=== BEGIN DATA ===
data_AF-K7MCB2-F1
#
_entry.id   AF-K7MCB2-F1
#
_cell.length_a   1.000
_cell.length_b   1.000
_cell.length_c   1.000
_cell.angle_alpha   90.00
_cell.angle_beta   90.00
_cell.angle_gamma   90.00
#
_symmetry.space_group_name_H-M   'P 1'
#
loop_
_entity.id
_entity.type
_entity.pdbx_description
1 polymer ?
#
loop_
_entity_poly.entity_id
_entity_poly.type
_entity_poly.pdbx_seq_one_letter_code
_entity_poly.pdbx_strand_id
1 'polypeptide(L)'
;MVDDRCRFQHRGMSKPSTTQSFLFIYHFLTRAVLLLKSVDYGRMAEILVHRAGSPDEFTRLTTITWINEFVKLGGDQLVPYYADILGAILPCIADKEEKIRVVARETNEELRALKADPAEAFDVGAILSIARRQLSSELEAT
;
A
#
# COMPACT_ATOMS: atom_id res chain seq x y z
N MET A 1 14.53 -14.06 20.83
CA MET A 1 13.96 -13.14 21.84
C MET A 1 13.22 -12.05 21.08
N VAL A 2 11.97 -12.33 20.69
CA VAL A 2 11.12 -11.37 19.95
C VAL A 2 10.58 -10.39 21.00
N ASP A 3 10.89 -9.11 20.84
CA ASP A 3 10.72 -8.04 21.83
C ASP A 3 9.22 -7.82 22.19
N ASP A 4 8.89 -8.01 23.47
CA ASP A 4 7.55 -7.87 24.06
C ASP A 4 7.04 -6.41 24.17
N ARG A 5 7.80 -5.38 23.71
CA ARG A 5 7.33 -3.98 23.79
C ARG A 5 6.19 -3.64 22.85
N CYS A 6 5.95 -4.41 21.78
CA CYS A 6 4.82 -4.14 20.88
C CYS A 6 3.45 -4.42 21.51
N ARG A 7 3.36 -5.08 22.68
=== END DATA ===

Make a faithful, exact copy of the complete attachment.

data_AF-K7MCB2-F1
#
_entry.id   AF-K7MCB2-F1
#
_cell.length_a   1.000
_cell.length_b   1.000
_cell.length_c   1.000
_cell.angle_alpha   90.00
_cell.angle_beta   90.00
_cell.angle_gamma   90.00
#
_symmetry.space_group_name_H-M   'P 1'
#
loop_
_entity.id
_entity.type
_entity.pdbx_description
1 polymer ?
#
loop_
_entity_poly.entity_id
_entity_poly.type
_entity_poly.pdbx_seq_one_letter_code
_entity_poly.pdbx_strand_id
1 'polypeptide(L)'
;MVDDRCRFQHRGMSKPSTTQSFLFIYHFLTRAVLLLKSVDYGRMAEILVHRAGSPDEFTRLTTITWINEFVKLGGDQLVPYYADILGAILPCIADKEEKIRVVARETNEELRALKADPAEAFDVGAILSIARRQLSSELEAT
;
A
#
# COMPACT_ATOMS: atom_id res chain seq x y z
N MET A 1 14.53 -14.06 20.83
CA MET A 1 13.96 -13.14 21.84
C MET A 1 13.22 -12.05 21.08
N VAL A 2 11.97 -12.33 20.69
CA VAL A 2 11.12 -11.37 19.95
C VAL A 2 10.58 -10.39 21.00
N ASP A 3 10.89 -9.11 20.84
CA ASP A 3 10.72 -8.04 21.83
C ASP A 3 9.22 -7.82 22.19
N ASP A 4 8.89 -8.01 23.47
CA ASP A 4 7.55 -7.87 24.06
C ASP A 4 7.04 -6.41 24.17
N ARG A 5 7.80 -5.38 23.71
CA ARG A 5 7.33 -3.98 23.79
C ARG A 5 6.19 -3.64 22.85
N CYS A 6 5.95 -4.41 21.78
CA CYS A 6 4.82 -4.14 20.88
C CYS A 6 3.45 -4.42 21.51
N ARG A 7 3.36 -5.08 22.68